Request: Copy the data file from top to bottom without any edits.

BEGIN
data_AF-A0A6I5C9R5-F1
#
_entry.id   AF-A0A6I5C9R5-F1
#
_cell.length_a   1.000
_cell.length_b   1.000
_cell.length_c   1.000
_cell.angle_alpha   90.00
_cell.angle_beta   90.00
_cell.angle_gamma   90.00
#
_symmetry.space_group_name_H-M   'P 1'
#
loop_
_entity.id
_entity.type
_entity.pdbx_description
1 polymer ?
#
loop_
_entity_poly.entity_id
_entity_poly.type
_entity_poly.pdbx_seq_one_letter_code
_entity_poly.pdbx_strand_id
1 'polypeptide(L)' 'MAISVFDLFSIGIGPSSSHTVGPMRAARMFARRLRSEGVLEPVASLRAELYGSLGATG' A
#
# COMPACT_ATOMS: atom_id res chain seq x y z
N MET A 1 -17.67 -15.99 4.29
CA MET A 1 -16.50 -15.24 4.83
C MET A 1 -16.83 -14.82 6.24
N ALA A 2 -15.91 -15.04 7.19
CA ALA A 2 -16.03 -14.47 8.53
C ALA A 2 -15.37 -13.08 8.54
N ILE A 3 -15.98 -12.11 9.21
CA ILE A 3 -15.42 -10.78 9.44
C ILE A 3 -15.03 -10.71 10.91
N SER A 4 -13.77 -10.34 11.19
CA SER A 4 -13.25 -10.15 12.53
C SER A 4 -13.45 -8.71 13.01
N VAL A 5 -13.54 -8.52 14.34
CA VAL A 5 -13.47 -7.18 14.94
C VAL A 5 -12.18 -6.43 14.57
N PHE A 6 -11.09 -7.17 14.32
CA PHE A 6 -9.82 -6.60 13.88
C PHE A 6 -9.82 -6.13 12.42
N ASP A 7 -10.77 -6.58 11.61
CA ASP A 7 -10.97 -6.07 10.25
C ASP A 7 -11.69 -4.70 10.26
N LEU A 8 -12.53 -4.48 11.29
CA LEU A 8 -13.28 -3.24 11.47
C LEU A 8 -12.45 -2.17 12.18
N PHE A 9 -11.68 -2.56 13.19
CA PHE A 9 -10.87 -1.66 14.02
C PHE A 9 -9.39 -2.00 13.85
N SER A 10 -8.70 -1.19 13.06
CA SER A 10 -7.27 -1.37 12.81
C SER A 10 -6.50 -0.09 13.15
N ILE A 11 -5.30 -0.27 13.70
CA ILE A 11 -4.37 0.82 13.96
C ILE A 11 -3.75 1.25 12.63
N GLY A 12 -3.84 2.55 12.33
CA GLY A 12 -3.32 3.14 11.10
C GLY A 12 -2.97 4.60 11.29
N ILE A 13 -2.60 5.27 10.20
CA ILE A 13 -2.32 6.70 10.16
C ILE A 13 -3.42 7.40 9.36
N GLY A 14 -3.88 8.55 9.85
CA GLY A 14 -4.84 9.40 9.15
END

data_AF-A0A6I5C9R5-F1
#
_entry.id   AF-A0A6I5C9R5-F1
#
_cell.length_a   1.000
_cell.length_b   1.000
_cell.length_c   1.000
_cell.angle_alpha   90.00
_cell.angle_beta   90.00
_cell.angle_gamma   90.00
#
_symmetry.space_group_name_H-M   'P 1'
#
loop_
_entity.id
_entity.type
_entity.pdbx_description
1 polymer ?
#
loop_
_entity_poly.entity_id
_entity_poly.type
_entity_poly.pdbx_seq_one_letter_code
_entity_poly.pdbx_strand_id
1 'polypeptide(L)' 'MAISVFDLFSIGIGPSSSHTVGPMRAARMFARRLRSEGVLEPVASLRAELYGSLGATG' A
#
# COMPACT_ATOMS: atom_id res chain seq x y z
N MET A 1 -17.67 -15.99 4.29
CA MET A 1 -16.50 -15.24 4.83
C MET A 1 -16.83 -14.82 6.24
N ALA A 2 -15.91 -15.04 7.19
CA ALA A 2 -16.03 -14.47 8.53
C ALA A 2 -15.37 -13.08 8.54
N ILE A 3 -15.98 -12.11 9.21
CA ILE A 3 -15.42 -10.78 9.44
C ILE A 3 -15.03 -10.71 10.91
N SER A 4 -13.77 -10.34 11.19
CA SER A 4 -13.25 -10.15 12.53
C SER A 4 -13.45 -8.71 13.01
N VAL A 5 -13.54 -8.52 14.34
CA VAL A 5 -13.47 -7.18 14.94
C VAL A 5 -12.18 -6.43 14.57
N PHE A 6 -11.09 -7.17 14.32
CA PHE A 6 -9.82 -6.60 13.88
C PHE A 6 -9.82 -6.13 12.42
N ASP A 7 -10.77 -6.58 11.61
CA ASP A 7 -10.97 -6.07 10.25
C ASP A 7 -11.69 -4.70 10.26
N LEU A 8 -12.53 -4.48 11.29
CA LEU A 8 -13.28 -3.24 11.47
C LEU A 8 -12.45 -2.17 12.18
N PHE A 9 -11.68 -2.56 13.19
CA PHE A 9 -10.87 -1.66 14.02
C PHE A 9 -9.39 -2.00 13.85
N SER A 10 -8.70 -1.19 13.06
CA SER A 10 -7.27 -1.37 12.81
C SER A 10 -6.50 -0.09 13.15
N ILE A 11 -5.30 -0.27 13.70
CA ILE A 11 -4.37 0.82 13.96
C ILE A 11 -3.75 1.25 12.63
N GLY A 12 -3.84 2.55 12.33
CA GLY A 12 -3.32 3.14 11.10
C GLY A 12 -2.97 4.60 11.29
N ILE A 13 -2.60 5.27 10.20
CA ILE A 13 -2.32 6.70 10.16
C ILE A 13 -3.42 7.40 9.36
N GLY A 14 -3.88 8.55 9.85
CA GLY A 14 -4.84 9.40 9.15